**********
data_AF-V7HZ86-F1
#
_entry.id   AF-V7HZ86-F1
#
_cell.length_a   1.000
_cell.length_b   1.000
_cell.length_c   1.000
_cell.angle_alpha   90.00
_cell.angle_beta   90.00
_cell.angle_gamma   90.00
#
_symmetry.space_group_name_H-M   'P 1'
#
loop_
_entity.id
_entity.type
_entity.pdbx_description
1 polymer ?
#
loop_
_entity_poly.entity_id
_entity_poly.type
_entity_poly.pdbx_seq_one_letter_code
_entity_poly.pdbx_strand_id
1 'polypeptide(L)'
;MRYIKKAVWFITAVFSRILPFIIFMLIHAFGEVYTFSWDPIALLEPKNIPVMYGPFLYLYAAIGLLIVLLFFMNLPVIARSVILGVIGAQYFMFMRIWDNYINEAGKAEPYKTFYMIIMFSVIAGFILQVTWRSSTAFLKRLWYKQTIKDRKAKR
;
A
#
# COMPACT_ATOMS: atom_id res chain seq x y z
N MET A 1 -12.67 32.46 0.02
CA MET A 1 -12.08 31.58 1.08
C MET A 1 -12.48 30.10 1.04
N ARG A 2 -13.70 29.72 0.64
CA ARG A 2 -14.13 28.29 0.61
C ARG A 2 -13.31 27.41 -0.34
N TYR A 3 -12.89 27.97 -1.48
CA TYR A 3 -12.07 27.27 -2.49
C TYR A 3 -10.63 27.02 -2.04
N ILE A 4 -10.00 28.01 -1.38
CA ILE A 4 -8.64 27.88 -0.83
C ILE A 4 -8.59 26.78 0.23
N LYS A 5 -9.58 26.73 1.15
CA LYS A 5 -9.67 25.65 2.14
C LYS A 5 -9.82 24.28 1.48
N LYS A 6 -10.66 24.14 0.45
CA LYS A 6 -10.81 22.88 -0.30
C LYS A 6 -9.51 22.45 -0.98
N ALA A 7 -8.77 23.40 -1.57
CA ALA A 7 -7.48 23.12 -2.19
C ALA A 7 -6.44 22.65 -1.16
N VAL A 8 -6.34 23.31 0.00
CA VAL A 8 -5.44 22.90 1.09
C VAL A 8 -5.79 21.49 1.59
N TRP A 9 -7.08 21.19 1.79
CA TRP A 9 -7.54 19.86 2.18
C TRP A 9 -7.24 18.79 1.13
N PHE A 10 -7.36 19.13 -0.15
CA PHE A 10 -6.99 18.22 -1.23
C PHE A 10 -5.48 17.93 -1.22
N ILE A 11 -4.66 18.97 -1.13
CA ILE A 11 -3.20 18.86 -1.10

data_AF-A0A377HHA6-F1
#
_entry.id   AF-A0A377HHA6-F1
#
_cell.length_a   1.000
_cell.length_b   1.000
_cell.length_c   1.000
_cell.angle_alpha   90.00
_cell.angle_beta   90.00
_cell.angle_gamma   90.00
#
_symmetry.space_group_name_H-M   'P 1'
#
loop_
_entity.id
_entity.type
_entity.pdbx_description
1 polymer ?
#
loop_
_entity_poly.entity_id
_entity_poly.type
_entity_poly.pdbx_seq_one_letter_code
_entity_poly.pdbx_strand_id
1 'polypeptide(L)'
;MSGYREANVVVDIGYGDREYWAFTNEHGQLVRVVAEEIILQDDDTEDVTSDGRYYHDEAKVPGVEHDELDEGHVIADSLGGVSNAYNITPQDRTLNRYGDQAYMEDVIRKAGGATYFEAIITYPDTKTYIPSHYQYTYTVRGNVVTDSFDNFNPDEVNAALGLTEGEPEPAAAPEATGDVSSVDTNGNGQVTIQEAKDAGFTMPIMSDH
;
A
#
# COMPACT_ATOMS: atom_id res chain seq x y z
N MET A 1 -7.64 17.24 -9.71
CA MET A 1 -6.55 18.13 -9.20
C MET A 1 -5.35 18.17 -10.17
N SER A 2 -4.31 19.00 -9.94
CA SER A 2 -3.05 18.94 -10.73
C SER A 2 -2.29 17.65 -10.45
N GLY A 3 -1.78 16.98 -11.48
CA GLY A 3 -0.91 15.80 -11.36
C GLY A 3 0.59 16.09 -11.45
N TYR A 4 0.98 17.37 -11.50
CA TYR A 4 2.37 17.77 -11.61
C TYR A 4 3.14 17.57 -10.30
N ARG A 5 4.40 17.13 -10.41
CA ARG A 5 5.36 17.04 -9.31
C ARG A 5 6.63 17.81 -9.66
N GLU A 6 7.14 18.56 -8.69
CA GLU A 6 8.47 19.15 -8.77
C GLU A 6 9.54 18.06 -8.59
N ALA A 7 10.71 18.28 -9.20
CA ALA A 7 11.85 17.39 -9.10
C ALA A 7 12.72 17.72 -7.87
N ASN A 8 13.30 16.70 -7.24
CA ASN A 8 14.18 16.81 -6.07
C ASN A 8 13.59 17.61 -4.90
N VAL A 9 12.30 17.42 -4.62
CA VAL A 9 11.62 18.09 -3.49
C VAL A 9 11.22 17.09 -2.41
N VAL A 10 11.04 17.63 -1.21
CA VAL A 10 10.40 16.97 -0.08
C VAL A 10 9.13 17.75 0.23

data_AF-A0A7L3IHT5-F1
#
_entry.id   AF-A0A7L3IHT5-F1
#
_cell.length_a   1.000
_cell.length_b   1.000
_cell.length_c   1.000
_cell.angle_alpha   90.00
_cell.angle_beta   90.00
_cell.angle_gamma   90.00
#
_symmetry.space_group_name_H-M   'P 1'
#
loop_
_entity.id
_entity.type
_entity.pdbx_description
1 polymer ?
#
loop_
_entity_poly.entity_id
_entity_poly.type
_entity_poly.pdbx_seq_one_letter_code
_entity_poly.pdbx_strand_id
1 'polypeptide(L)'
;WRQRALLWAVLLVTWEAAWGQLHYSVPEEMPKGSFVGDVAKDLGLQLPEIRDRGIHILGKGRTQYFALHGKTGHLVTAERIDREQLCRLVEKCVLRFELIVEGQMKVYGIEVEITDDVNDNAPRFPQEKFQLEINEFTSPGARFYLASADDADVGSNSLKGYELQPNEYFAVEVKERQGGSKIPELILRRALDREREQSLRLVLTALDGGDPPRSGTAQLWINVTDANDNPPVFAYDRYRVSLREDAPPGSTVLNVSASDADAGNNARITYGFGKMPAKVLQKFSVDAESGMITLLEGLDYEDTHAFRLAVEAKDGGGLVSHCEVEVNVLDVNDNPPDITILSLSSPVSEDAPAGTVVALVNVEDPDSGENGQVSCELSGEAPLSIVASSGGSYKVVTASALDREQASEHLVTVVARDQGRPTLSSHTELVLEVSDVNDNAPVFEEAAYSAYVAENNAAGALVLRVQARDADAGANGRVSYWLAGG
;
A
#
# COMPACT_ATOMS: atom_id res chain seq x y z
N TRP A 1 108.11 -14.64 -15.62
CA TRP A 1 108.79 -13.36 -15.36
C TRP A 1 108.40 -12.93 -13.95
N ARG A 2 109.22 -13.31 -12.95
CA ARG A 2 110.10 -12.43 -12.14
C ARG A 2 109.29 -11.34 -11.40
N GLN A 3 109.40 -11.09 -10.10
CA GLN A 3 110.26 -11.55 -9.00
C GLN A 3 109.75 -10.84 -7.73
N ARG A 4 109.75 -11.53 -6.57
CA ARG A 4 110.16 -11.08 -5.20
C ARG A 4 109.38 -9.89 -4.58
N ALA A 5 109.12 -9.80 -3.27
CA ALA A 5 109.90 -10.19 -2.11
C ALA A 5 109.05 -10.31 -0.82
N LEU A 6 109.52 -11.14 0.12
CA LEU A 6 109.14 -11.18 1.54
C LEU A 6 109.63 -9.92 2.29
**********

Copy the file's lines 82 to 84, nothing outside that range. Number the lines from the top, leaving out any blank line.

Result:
loop_
_entity_poly.entity_id
_entity_poly.type